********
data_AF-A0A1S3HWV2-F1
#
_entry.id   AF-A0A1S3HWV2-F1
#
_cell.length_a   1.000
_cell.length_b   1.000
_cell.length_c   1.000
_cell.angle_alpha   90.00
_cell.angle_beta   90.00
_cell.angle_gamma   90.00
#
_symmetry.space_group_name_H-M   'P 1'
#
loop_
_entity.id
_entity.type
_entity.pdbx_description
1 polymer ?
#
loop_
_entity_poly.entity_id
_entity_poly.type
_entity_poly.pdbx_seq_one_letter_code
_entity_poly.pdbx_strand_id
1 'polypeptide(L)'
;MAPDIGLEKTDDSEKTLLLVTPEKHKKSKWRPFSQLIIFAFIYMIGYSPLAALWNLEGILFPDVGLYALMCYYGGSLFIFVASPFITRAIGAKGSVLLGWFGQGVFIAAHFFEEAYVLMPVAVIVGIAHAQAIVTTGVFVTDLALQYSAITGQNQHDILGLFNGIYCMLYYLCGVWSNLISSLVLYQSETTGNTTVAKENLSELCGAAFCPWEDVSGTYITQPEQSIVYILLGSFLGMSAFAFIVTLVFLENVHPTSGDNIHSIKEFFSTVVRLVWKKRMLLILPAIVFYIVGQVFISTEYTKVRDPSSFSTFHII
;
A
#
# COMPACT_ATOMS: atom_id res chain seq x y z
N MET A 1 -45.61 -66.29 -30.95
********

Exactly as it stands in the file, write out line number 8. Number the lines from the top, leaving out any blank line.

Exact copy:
_cell.angle_alpha   90.00